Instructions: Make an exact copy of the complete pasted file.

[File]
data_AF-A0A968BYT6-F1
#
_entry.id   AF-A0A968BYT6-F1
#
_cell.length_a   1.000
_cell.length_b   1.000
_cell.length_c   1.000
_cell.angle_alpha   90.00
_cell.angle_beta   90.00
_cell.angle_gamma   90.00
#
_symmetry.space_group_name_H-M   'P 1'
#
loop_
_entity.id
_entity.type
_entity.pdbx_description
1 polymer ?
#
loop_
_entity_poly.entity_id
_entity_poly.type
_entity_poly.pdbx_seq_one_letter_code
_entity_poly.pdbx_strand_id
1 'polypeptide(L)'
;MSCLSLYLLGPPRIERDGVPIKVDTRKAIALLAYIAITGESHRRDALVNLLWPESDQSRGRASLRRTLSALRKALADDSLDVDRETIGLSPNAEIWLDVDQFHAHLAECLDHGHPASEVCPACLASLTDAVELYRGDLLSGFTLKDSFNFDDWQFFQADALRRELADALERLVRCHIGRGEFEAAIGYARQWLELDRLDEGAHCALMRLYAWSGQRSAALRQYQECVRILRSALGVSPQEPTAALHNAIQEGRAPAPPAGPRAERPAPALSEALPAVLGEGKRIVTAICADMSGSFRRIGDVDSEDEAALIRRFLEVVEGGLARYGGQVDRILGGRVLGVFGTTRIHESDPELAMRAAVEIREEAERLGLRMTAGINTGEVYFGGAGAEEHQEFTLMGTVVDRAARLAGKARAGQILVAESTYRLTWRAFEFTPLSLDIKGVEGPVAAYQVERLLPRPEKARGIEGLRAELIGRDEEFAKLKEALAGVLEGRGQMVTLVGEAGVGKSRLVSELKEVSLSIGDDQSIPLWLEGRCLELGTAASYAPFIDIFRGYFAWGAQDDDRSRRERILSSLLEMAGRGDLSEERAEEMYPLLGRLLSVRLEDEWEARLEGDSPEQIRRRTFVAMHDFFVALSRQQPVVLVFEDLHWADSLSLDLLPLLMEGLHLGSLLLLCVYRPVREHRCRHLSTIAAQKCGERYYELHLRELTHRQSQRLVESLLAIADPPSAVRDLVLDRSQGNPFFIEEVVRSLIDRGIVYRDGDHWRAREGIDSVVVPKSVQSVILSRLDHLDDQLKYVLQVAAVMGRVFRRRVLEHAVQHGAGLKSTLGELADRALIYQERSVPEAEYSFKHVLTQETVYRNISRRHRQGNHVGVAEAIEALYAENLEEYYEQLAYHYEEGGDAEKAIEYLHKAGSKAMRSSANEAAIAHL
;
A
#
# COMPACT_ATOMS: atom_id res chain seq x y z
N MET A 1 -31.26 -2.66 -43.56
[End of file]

data_AF-A0A968BYT6-F1
#
_entry.id   AF-A0A968BYT6-F1
#
_cell.length_a   1.000
_cell.length_b   1.000
_cell.length_c   1.000
_cell.angle_alpha   90.00
_cell.angle_beta   90.00
_cell.angle_gamma   90.00
#
_symmetry.space_group_name_H-M   'P 1'
#
loop_
_entity.id
_entity.type
_entity.pdbx_description
1 polymer ?
#
loop_
_entity_poly.entity_id
_entity_poly.type
_entity_poly.pdbx_seq_one_letter_code
_entity_poly.pdbx_strand_id
1 'polypeptide(L)'
;MSCLSLYLLGPPRIERDGVPIKVDTRKAIALLAYIAITGESHRRDALVNLLWPESDQSRGRASLRRTLSALRKALADDSLDVDRETIGLSPNAEIWLDVDQFHAHLAECLDHGHPASEVCPACLASLTDAVELYRGDLLSGFTLKDSFNFDDWQFFQADALRRELADALERLVRCHIGRGEFEAAIGYARQWLELDRLDEGAHCALMRLYAWSGQRSAALRQYQECVRILRSALGVSPQEPTAALHNAIQEGRAPAPPAGPRAERPAPALSEALPAVLGEGKRIVTAICADMSGSFRRIGDVDSEDEAALIRRFLEVVEGGLARYGGQVDRILGGRVLGVFGTTRIHESDPELAMRAAVEIREEAERLGLRMTAGINTGEVYFGGAGAEEHQEFTLMGTVVDRAARLAGKARAGQILVAESTYRLTWRAFEFTPLSLDIKGVEGPVAAYQVERLLPRPEKARGIEGLRAELIGRDEEFAKLKEALAGVLEGRGQMVTLVGEAGVGKSRLVSELKEVSLSIGDDQSIPLWLEGRCLELGTAASYAPFIDIFRGYFAWGAQDDDRSRRERILSSLLEMAGRGDLSEERAEEMYPLLGRLLSVRLEDEWEARLEGDSPEQIRRRTFVAMHDFFVALSRQQPVVLVFEDLHWADSLSLDLLPLLMEGLHLGSLLLLCVYRPVREHRCRHLSTIAAQKCGERYYELHLRELTHRQSQRLVESLLAIADPPSAVRDLVLDRSQGNPFFIEEVVRSLIDRGIVYRDGDHWRAREGIDSVVVPKSVQSVILSRLDHLDDQLKYVLQVAAVMGRVFRRRVLEHAVQHGAGLKSTLGELADRALIYQERSVPEAEYSFKHVLTQETVYRNISRRHRQGNHVGVAEAIEALYAENLEEYYEQLAYHYEEGGDAEKAIEYLHKAGSKAMRSSANEAAIAHL
;
A
#
# COMPACT_ATOMS: atom_id res chain seq x y z
N MET A 1 -31.26 -2.66 -43.56